Week 07 – Assess Your Sales Potential Properly – Chapter 02

There are sales organizations that regularly draw up lists of pending customer orders. The individual sales opportunities are neatly listed. Every opportunity is assigned an order value and—among other specifications—a probability expressed as a percentage. How do salespeople arrive at these figures?

This is in fact a question I’ve asked myself. Do they lay their hands meditatively on the conference table, waiting for a flash of inspiration? Do they close their eyes in silent devotion, so that the desired percentage appears before their inner eye?

Jokes aside, this is surely a matter of making an estimate. It is the salesperson’s goal to use her intuition to establish, if possible, safe assumptions about the probability of a sale. The methodology used, however, is wrong-headed. Why? Let me give you an illustration.

Think of all the people in your city or community that were married recently. What is the probability that these marriages surpass the ten-year mark? Let’s assume, though, that it’s about 60 percent. That would mean six out of ten will celebrate their tenth anniversary; the rest will get divorced before that.

Now, ask them individually right after they were married for an estimate. “What is the probability that in ten years you will still be married to your spouse?” What do you think the answer would be? Probably something like, “In our case – 100 percent.” If everybody you ask gives you this estimate, the result will necessarily be wrong. You can be sure that it won’t be 100 percent if them who will make it to ten years.

What would happen if we were to ask the same people the same question every six months? In this case, I don’t think all of them would answer “100 percent.”

At the same time, how likely would somebody say “In my case about 60 percent”? Not very. People are simply not in the position to intuitively give an accurate statistical estimate.

The Nobel laureate Daniel Kahneman presented several experiments in his book “Thinking, Fast and Slow”, that demonstrate that our ability to intuitively determine statistical probabilities is superimposed by an effect of similarity. Here is a synopsis of the experiment:

A group of test subjects were asked to estimate what the probability was that a randomly chosen student belonged to a certain academic field. As in many college towns there were many more Business Administration students than Computer Science students. So far so good. The person conducting the experiment then proceeded to give a description of the student that included typical traits of a computer scientist, like “intelligent but lacking in creativity,” “dull writing style,” “fan of science fiction.” The test subjects who were to determine which academic field this student belonged to, almost always gave Computer Science as their answer. Statistically, however, this is nonsense, because even among the students possessing those character traits, the number of Business Administration students was higher than the ones taking Computer Science. Therefore, the test subjects had fallen victim to an error in judgment. It is difficult to calculate the probability for an individual case. It is a lot easier to recognize similarities in familiar patterns. That is why in those situations we tend to make statistical misjudgments.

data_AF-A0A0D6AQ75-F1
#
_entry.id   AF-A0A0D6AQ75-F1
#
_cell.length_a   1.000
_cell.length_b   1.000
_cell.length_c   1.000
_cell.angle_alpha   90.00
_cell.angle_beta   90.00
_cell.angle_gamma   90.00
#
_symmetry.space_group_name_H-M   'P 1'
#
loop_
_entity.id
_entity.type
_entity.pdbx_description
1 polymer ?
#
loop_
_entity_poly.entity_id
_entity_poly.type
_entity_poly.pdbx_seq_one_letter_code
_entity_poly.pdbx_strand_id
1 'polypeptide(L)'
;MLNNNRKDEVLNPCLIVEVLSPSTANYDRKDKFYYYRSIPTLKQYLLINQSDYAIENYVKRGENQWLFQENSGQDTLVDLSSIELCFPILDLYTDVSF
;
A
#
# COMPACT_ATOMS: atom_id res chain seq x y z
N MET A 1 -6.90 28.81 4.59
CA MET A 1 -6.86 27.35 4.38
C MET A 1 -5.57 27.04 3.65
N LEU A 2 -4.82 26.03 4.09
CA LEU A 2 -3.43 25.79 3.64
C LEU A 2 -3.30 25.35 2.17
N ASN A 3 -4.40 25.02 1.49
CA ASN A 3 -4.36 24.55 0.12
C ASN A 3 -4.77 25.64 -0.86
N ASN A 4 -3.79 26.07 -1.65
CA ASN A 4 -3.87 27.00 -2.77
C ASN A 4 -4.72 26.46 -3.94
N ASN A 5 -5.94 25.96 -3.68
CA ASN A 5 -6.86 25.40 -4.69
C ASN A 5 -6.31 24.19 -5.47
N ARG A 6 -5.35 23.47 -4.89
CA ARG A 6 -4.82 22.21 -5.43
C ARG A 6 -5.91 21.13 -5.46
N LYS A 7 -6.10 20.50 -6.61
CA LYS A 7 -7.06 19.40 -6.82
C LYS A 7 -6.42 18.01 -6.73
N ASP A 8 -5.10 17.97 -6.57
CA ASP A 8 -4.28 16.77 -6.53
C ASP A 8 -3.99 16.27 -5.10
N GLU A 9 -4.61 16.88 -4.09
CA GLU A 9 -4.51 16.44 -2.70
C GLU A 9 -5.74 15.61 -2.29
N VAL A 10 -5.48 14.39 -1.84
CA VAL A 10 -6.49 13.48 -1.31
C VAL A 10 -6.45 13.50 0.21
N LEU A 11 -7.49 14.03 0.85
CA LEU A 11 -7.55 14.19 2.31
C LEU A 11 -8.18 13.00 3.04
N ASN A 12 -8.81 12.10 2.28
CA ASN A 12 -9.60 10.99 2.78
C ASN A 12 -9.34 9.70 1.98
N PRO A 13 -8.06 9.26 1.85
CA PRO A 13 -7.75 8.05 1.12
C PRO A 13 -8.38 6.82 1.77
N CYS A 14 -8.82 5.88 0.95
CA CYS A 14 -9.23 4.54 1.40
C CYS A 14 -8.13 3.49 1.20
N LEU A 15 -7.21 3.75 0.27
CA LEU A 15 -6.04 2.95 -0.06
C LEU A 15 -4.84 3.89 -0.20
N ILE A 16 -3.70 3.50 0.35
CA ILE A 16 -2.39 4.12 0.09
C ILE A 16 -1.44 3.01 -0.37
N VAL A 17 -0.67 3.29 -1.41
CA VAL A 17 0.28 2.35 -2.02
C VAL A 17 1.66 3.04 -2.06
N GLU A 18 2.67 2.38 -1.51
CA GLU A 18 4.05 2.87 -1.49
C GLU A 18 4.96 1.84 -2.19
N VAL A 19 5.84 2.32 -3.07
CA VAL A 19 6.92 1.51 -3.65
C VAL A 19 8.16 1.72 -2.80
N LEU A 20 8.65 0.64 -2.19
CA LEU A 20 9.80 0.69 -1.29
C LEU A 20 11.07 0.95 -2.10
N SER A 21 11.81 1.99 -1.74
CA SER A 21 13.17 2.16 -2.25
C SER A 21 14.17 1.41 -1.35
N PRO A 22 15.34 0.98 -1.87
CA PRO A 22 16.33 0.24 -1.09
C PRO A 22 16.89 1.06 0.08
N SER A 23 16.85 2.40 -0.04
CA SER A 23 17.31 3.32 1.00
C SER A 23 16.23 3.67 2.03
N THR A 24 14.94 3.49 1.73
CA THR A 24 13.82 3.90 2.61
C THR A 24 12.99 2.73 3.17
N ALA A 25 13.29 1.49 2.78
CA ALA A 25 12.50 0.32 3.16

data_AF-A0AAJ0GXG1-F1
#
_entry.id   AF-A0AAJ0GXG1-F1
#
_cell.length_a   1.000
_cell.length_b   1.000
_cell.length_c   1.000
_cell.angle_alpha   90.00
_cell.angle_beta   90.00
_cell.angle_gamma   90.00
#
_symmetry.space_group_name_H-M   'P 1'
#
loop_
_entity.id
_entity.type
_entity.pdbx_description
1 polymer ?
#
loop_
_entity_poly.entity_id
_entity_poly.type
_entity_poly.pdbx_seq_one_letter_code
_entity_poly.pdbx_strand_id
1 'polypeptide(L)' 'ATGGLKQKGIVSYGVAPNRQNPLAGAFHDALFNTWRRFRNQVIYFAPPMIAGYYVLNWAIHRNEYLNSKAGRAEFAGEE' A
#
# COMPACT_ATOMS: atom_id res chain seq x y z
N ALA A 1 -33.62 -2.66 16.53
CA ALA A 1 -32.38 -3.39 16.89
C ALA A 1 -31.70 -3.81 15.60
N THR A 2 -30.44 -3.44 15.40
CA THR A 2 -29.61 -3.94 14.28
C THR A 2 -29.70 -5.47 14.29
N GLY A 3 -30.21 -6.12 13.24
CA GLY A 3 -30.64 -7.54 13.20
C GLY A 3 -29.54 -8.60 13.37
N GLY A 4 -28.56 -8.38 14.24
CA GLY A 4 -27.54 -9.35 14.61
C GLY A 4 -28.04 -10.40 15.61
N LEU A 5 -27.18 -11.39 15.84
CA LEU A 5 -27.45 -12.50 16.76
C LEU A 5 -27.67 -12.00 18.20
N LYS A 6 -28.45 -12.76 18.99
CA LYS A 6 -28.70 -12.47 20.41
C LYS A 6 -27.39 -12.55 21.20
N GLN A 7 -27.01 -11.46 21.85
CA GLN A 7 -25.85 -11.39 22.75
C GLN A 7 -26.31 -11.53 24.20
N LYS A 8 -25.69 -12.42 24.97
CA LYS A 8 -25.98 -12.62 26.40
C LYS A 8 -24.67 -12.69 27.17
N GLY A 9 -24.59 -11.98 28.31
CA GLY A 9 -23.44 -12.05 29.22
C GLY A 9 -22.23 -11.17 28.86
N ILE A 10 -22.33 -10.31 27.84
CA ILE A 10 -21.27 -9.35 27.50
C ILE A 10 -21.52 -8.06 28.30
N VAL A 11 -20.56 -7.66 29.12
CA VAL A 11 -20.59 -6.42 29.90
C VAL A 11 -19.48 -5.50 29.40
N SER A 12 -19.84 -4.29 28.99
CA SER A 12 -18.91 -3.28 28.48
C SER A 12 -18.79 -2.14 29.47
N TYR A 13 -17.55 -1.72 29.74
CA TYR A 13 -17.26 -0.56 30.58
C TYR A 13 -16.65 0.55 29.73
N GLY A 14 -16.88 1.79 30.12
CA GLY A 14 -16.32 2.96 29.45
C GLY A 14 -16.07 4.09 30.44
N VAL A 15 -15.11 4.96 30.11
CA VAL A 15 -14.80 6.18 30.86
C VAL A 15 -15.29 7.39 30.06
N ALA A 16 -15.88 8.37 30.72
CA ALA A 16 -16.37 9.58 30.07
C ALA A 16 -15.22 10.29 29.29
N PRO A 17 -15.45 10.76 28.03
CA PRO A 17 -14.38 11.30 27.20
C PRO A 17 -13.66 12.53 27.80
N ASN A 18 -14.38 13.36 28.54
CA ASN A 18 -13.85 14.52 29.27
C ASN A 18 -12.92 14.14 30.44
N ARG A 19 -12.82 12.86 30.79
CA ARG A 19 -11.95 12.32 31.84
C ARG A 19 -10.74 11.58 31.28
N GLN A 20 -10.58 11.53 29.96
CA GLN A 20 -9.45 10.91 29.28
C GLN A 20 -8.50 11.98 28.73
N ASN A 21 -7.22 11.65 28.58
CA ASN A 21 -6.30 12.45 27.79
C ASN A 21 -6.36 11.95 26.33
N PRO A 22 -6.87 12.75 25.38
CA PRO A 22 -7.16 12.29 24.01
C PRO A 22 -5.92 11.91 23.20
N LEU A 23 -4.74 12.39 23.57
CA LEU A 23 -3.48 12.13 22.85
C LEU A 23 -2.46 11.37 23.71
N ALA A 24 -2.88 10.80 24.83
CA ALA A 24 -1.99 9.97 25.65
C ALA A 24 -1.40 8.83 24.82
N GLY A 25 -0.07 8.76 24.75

People tend to compare one situation to another and then make a this-must-be-like-one-before type of judgment. At this point, though, it no longer has anything to do with probability but with the euphoria or pessimism of the person assessing the situation.

How to Assess Your Sales Potential

How can we make a solid assessment of the state of the order then? We need a statistical protocol based on quantifiable facts, and this is how to create one:

Assess Your Sales Potential Properly © Fotolia 2015 / Coloures-pic

Assess Your Sales Potential Properly © Fotolia 2015 / Coloures-pic

  1. Draw up a system of measurement that charts the sales potential by different phases. For example: Phase 1: Initial clues, latent customer need. Phase 2: Concrete benefit identified. Phase 3: Decision maker reveals intention to act. Phase 4: Concrete negotiations and acceptable proposal. Phase 5: Verbal agreement to order. Phase 6: Order confirmed.
  2. Establish clear criteria in order to classify projects into corresponding phases. There should be no gray areas or room for interpretation. For the example above this would mean: Phase 3 can only begin once the benefit to the customer has been concretely identified in discussion. And phase 4 starts the moment the decision maker has been identified and has made it clear to you that she intends to invest in the near future.
  3. Determine how many projects are lost definitively and in what phase. From this you can then deduce the probability that a project will be successful given its phase.
  4. From then on, do not have your salespeople estimate in terms of percentages; instead have them spot the indicators defined by the phases of your system. Then match the determined percentage to the order values, thus attaining a valid probability for your orders.


Now it’s your turn!

Next week I will discuss a fourth key-feature of the professional salesman: What can you do to promote decision of your customer?

Best wishes,
Stephan Heinrich